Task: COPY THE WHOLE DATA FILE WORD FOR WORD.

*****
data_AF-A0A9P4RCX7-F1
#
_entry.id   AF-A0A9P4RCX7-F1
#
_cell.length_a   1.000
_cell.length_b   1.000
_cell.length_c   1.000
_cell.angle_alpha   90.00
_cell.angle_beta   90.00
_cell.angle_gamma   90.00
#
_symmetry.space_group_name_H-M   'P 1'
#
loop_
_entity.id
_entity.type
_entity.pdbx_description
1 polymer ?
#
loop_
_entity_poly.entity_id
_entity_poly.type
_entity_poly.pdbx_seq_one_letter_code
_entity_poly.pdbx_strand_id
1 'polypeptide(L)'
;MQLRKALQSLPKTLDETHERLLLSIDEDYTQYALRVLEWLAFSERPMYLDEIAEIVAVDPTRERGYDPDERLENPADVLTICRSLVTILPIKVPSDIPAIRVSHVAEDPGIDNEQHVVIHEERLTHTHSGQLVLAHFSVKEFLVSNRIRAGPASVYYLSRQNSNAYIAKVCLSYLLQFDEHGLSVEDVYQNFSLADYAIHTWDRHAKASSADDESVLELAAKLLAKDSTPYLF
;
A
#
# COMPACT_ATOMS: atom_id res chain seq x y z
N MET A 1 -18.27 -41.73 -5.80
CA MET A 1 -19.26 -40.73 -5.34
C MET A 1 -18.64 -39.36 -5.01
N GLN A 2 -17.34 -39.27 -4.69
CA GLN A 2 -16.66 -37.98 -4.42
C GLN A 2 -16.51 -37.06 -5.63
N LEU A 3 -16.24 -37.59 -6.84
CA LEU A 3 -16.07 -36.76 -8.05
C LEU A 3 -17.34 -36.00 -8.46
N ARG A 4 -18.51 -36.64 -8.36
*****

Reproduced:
data_AF-A0A9P4RCX7-F1
#
_entry.id   AF-A0A9P4RCX7-F1
#
_cell.length_a   1.000
_cell.length_b   1.000
_cell.length_c   1.000
_cell.angle_alpha   90.00
_cell.angle_beta   90.00
_cell.angle_gamma   90.00
#
_symmetry.space_group_name_H-M   'P 1'
#
loop_
_entity.id
_entity.type
_entity.pdbx_description
1 polymer ?
#
loop_
_entity_poly.entity_id
_entity_poly.type
_entity_poly.pdbx_seq_one_letter_code
_entity_poly.pdbx_strand_id
1 'polypeptide(L)'
;MQLRKALQSLPKTLDETHERLLLSIDEDYTQYALRVLEWLAFSERPMYLDEIAEIVAVDPTRERGYDPDERLENPADVLTICRSLVTILPIKVPSDIPAIRVSHVAEDPGIDNEQHVVIHEERLTHTHSGQLVLAHFSVKEFLVSNRIRAGPASVYYLSRQNSNAYIAKVCLSYLLQFDEHGLSVEDVYQNFSLADYAIHTWDRHAKASSADDESVLELAAKLLAKDSTPYLF
;
A
#
# COMPACT_ATOMS: atom_id res chain seq x y z
N MET A 1 -18.27 -41.73 -5.80
CA MET A 1 -19.26 -40.73 -5.34
C MET A 1 -18.64 -39.36 -5.01
N GLN A 2 -17.34 -39.27 -4.69
CA GLN A 2 -16.66 -37.98 -4.42
C GLN A 2 -16.51 -37.06 -5.63
N LEU A 3 -16.24 -37.59 -6.84
CA LEU A 3 -16.07 -36.76 -8.05
C LEU A 3 -17.34 -36.00 -8.46
N ARG A 4 -18.51 -36.64 -8.36